"Racino proponents claim that their proposal to add slots to racetracks will generate $125 million a year for the state. What they don’t tell Minnesotans is that this amount represents less than two-tenths of one percent of the state’s $6.2 billion deficit. That isn’t even a drop in the bucket; it’s a drop in the ocean.

"They also fail to mention that slot machine revenues have fallen far short of projections in most states, including Colorado, Connecticut, Illinois, Indiana, Maryland, and Montana. Those states are now scrambling to plug the budget holes left by these shortfalls. Gambling is an unreliable source of budgeted revenue.

"Predictably, Derus hauled out the old “level playing field” chestnut. Whenever tribes have had something of value, the dominant society has destroyed or seized it in the name of “leveling the playing field.” Here we go again. Tribes have barely had an opportunity to get in the game, and others are looking to change the rules of the playing field and undo their progress.

"Derus claims that the state would get “100 percent of the new gaming tax.” That’s very deceptive. In fact, the racino is likely to be taxed at a rate of 30 to 50 percent, depending on the proposal. The remaining 50 to 70 percent of revenue will go to the wealthy investors that own the two tracks. In the case of Running Aces, those shareholders don’t even live in Minnesota.

"In contrast, tribal casinos are taxed at a rate of 100 percent, meaning that all casino revenues go to tribal governments to pay for housing, human services, health care, education, water and sanitation, law enforcement, courts, tribal administration and infrastructure. Those investments in community benefit all of Minnesota, and not just a group of out-of-state investors.

"As far as regulation, tribal casinos are infinitely more regulated than Minnesota’s racetrack industry or the state lottery. Congress made tribes the primary regulators of their own gaming operations, but they are also regulated by Congress, the Department of the Interior, the National Indian Gaming Commission and the State of Minnesota under the compacts.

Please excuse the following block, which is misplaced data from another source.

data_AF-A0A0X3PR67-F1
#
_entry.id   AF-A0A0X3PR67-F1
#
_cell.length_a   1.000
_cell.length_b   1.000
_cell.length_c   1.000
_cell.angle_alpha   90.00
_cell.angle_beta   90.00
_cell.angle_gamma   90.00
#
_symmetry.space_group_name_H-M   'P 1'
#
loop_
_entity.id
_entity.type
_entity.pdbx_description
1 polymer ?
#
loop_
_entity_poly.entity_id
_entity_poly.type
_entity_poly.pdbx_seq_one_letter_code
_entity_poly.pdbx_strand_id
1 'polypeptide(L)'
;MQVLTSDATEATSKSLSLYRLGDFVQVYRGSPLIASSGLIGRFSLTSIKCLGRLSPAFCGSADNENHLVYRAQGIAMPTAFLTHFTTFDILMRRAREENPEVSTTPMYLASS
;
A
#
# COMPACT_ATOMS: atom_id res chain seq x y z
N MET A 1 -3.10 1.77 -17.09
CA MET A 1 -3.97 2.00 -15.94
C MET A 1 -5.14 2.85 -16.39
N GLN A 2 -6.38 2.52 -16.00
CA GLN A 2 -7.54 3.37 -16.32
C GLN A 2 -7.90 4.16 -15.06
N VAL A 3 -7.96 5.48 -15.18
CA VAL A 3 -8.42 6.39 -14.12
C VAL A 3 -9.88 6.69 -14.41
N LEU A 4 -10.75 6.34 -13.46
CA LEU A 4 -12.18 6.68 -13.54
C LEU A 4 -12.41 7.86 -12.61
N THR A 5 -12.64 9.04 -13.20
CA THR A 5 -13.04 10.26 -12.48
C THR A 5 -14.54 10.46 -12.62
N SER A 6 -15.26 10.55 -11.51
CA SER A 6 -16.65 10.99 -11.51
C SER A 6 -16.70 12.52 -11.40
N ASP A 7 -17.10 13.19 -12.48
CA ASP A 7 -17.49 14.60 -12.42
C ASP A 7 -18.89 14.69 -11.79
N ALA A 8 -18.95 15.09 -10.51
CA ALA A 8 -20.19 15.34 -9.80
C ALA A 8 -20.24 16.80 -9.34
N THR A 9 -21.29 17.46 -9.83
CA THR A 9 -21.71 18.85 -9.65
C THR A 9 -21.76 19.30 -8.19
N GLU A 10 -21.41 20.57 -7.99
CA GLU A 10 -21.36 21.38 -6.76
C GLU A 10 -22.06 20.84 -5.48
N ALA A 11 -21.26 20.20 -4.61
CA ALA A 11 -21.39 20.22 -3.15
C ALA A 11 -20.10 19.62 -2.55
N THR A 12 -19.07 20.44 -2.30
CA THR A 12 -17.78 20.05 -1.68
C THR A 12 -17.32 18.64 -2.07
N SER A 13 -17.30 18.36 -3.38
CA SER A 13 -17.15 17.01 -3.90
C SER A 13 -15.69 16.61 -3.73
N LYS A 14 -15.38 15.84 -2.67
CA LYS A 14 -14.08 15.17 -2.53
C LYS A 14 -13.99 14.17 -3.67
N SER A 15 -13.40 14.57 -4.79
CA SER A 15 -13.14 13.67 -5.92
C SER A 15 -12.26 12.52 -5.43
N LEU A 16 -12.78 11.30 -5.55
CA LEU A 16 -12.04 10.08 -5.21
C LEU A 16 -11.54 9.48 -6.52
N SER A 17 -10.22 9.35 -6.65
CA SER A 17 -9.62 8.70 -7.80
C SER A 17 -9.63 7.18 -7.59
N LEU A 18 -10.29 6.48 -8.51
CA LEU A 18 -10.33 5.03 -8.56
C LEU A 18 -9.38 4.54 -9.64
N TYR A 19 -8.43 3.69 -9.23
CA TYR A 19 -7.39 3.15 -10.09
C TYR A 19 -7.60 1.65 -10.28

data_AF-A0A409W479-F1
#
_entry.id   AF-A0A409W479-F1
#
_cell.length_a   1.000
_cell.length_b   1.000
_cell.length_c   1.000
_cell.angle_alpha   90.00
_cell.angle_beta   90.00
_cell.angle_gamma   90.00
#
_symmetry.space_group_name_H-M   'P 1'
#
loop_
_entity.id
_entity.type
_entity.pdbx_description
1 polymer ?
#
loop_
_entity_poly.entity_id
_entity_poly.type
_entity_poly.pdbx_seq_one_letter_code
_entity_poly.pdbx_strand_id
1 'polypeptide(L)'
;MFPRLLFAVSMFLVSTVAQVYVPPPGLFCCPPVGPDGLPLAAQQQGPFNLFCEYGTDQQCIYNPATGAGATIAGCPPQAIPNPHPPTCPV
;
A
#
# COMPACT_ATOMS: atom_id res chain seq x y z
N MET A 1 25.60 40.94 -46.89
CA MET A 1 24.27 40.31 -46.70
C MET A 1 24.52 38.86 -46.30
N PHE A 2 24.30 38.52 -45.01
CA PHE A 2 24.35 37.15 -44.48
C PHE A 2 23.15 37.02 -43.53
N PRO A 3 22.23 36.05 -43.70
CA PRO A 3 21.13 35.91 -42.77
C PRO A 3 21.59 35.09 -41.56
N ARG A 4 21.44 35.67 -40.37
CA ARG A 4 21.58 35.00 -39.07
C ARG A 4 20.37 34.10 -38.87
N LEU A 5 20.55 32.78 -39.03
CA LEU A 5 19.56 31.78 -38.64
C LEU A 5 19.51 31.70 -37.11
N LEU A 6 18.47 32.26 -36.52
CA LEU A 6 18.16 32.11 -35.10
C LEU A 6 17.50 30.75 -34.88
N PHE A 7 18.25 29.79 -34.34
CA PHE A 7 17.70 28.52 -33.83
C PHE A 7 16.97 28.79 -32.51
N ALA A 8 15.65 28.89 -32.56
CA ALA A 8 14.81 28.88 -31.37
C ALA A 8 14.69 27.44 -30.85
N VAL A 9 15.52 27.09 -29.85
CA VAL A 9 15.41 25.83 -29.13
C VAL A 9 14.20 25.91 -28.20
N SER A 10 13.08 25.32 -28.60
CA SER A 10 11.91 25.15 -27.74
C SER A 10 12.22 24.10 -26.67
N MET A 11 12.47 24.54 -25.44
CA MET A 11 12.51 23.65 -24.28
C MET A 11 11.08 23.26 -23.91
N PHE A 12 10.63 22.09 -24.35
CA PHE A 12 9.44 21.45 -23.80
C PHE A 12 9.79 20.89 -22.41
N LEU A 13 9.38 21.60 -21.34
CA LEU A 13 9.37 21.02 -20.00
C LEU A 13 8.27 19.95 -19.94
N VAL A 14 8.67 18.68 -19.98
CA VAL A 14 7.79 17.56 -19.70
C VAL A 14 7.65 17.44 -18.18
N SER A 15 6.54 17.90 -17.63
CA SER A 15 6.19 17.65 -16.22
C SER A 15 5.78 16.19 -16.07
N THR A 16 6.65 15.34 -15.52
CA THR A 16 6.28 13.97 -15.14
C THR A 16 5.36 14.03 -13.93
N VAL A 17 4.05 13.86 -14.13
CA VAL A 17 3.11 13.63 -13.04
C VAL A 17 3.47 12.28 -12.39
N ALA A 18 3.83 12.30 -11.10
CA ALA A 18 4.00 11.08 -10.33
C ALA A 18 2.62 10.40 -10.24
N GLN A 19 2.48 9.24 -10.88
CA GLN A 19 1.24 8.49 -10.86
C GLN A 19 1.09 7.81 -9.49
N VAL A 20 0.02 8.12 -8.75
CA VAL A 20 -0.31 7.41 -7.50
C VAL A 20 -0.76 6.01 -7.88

"The claim that slots at the track will create “thousands of new jobs” across the state is patently false. In fact, the opposite is true. Slots at Running Aces or Canterbury will merely shift jobs from rural Minnesota to the metro area.

"A racino at Running Aces Harness track, for example, could cut revenues at Mille Lacs Band facilities up to 40 percent, potentially leading to the loss of as many as 1200 jobs in rural Minnesota. A track at Canterbury Park would force Mystic Lake to lay off at least 30 percent of its workforce, possibly more. Even if every laid off employee were hired by the track, we’re still looking at no net job gain for Minnesota.

"In addition to cutting jobs, tribal casinos affected by racino competition also would be forced to reduce their spending on goods and services, costing Minnesota tribal vendors as much as $200 million a year.

"It’s unfortunate that racino proponents are not giving Minnesotans the full story. Racinos will not solve our budget problems, create new jobs or generate new economic activity. They’ll only shift jobs and divert income from rural Minnesota to the metro area. That’s not a jackpot. It’s a hijacking."

Friday, February 11, 2011


The member tribes of the Minnesota Indian Gaming Association (MIGA) are taking necessary steps to ensure that the cash cards given to public assistance recipients in Minnesota to purchase food and necessities cannot be used for cash withdrawals at tribal gaming properties.

MIGA Executive Director John McCarthy said that state officials have never approached the tribes with any concerns about potential misuse of the state-issued EBT cards at tribal casinos.

“The tribes were unaware of this issue until it surfaced in the media over the last couple of days,” McCarthy said. “Now that we’ve been given a heads-up, MIGA tribes are working with their ATM vendors to identify a solution. We appreciate being made aware of the problem. We would not want to facilitate anyone's misuse of public assistance.”

McCarthy said the solution likely involves making technical adjustments so that all casino cash machines are able to recognize and block the EBT cards.